Today car dealerships can save themselves by optimizing expenses and realizing the fact that you must be prepared for a crisis before it hits. President of the Russian Car Dealership Association (ROAD) Oleg Moseyev spoke to Invest Foresight about the coronavirus, the Russian car market, sales dynamics and the lack of universal recipes for dealing with a crisis.
— How serious do you think the accumulated effect of the COVID-19 pandemic can be on the Russian car industry and car market?
— The pandemic will affect the entire economy and consequently the car industry. If the optimistic prognosis proves true, we should expect a 30% decline in new car sales. According to the negative scenario, the industry may lose up to 50%.
It is difficult to predict what happens to the used car market but the majority of experts agree that the secondary market will also show negative results. Moreover, if the economic situation continues to get worse, prices on used car may also go down.
If people can’t pay off car loans they will start offering them up for sale. Where supply grows, prices go down.
— How low can prices fall?
— It is impossible to say right now. Any estimates would be fortune telling as nobody really understands the depth of this economic pit that we are falling in. Also, there will clearly be a loss of business for automobile services – both operated by car dealerships and otherwise. Moreover, people will be forced to spend less and the average bill for car services will become smaller.
— Is there a regulation that car dealerships could rely on to maintain their business?
— Unfortunately, there is no universal pill. But obviously, a whole package of measures is required. As for car dealerships, they will have to optimize their expenses and, unfortunately, the number of employees to respond to the new circumstances. This is the streamlining of business processes with regard to the new conditions when clients want to receive as many services as possible in a remote format. And we are talking not just about online sales, but also about remote communication with the client.
— And what about the other car market participants?
— Yes, there is also the distributor’s side and the state’s side. As for the distributors, they should seriously reconsider the load on the dealerships. By the way, some of them reached out to the dealers during the hardest times, but some did not or did it on paper only. I am not even talking about investments, just business activity: the test drive fleet, loaner vehicles and the requirements regarding the number of employees.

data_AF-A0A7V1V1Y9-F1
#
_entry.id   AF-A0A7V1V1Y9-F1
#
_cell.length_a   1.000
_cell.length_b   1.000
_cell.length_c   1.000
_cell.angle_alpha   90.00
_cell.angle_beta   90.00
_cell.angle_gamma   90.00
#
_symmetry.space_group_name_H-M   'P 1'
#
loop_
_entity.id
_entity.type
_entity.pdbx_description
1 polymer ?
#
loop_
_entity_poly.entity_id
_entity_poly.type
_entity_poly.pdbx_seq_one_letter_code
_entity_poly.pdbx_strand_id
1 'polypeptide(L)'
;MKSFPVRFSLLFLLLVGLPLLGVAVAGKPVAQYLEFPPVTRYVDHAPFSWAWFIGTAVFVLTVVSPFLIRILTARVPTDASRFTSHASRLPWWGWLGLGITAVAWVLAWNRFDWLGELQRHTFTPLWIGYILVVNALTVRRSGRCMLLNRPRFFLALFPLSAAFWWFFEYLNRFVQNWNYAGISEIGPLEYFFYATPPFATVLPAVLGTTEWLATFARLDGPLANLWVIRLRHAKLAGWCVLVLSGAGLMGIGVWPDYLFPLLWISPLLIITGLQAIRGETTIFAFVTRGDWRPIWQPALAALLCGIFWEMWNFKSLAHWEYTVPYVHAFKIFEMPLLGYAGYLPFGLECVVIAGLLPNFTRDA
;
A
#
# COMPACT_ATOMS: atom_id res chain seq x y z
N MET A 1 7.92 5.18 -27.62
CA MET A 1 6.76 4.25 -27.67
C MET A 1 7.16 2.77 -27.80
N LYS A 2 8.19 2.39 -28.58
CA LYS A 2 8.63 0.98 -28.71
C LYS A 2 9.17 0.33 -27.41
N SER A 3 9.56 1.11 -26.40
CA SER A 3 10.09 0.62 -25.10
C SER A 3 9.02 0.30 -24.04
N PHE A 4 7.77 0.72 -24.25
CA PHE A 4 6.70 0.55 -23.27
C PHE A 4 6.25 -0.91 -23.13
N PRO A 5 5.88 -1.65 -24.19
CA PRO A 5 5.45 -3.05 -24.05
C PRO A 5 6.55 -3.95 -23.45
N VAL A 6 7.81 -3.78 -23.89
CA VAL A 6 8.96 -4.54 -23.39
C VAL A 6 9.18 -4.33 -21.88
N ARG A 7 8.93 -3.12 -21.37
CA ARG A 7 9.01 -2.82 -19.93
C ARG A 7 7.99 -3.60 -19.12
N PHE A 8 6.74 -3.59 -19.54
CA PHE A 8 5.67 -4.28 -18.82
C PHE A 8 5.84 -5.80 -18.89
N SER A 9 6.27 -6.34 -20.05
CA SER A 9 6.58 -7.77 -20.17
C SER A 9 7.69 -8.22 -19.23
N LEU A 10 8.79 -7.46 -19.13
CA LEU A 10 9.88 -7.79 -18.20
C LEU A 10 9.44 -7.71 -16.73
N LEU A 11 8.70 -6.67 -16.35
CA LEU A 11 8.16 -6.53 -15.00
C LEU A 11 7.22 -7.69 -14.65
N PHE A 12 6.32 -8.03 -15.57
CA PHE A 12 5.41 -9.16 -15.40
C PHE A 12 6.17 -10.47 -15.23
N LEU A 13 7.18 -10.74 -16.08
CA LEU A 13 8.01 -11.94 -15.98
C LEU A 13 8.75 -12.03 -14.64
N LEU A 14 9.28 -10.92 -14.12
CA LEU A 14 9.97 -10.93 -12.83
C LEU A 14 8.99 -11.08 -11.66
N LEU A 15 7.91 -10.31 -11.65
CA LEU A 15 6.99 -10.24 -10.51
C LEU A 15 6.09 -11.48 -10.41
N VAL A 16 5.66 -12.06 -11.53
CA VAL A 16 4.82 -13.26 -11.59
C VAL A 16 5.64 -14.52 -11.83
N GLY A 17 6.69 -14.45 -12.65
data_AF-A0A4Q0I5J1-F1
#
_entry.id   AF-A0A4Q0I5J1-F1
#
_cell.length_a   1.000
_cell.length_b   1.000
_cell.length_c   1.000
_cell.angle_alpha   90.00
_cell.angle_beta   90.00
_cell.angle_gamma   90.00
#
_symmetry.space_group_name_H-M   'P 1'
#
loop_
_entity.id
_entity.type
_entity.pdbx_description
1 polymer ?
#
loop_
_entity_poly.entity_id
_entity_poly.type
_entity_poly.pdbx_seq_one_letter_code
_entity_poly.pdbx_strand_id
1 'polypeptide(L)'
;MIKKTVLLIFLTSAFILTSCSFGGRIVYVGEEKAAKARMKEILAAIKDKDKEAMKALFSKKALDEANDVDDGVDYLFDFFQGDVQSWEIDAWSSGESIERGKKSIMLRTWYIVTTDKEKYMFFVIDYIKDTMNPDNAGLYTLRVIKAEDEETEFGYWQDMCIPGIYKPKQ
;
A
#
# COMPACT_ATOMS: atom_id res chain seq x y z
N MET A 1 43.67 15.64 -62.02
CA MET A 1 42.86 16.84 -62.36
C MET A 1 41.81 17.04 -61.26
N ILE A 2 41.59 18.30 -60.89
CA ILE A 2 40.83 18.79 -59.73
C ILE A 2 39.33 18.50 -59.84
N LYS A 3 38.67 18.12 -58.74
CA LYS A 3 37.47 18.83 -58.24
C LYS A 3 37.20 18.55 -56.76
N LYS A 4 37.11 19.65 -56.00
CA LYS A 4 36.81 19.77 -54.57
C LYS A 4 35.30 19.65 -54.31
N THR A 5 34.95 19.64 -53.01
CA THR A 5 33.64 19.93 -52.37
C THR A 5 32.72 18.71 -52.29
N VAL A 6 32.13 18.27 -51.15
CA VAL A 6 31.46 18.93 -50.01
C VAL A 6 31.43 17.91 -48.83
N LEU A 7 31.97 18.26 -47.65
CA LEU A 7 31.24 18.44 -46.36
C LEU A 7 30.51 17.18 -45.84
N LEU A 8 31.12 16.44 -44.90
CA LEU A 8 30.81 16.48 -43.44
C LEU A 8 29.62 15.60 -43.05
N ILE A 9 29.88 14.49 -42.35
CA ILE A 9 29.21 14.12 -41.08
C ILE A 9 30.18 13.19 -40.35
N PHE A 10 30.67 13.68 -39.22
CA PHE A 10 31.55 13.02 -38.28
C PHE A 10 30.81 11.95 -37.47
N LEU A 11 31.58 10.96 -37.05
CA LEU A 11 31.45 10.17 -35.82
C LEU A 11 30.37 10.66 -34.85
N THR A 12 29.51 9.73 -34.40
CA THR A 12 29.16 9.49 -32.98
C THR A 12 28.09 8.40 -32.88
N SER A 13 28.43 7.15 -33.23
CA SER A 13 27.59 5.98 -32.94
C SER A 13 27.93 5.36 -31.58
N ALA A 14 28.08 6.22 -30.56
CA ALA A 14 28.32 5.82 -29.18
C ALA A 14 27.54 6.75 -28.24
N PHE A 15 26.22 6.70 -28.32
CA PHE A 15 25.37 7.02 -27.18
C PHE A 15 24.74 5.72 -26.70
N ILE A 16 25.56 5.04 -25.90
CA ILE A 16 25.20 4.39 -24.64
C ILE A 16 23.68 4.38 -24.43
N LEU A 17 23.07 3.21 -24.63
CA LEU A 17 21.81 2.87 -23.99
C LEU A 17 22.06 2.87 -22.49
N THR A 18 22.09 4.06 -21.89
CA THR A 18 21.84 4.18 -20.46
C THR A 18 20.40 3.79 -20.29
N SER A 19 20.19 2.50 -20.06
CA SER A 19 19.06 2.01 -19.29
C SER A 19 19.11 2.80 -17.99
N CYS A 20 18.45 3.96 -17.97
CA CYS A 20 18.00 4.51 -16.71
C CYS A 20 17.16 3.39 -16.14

Plus, there is also the state which, given that car dealers are on the list of the industries that suffered the most from the pandemic, also needs to find a more comprehensive approach to solving the problems of this sector and to provide assistance to everyone, not just the current 10%-15%.
— Should the dealership market expect a huge number of bankruptcies?
— Giving any estimates would again be fortune telling. If the market shrinks twofold and the demand in services decreases, it’s hard to imagine how many companies will leave the market. Apparently, we will need to consider the financial conditions of the dealer and its competitive environment. For instance, if a city has just one dealership, it is one thing, and if there are six, the competition will force some of them to close, even if the city population is over a million.
— What consequences should the car dealer community draw from this pandemic?
— It is necessary to overcome the pandemic with the understanding that one must be prepared for the worst. And they should prepare not after the worst happens, but before. Those dealers that were able to take some measures to support their businesses have a chance to get through such hardships without enduring great losses.
— So there is no common solution?
— No, there isn’t, because each case is unique; each dealership has its own problems and capacities.
By Taras Fomchenkov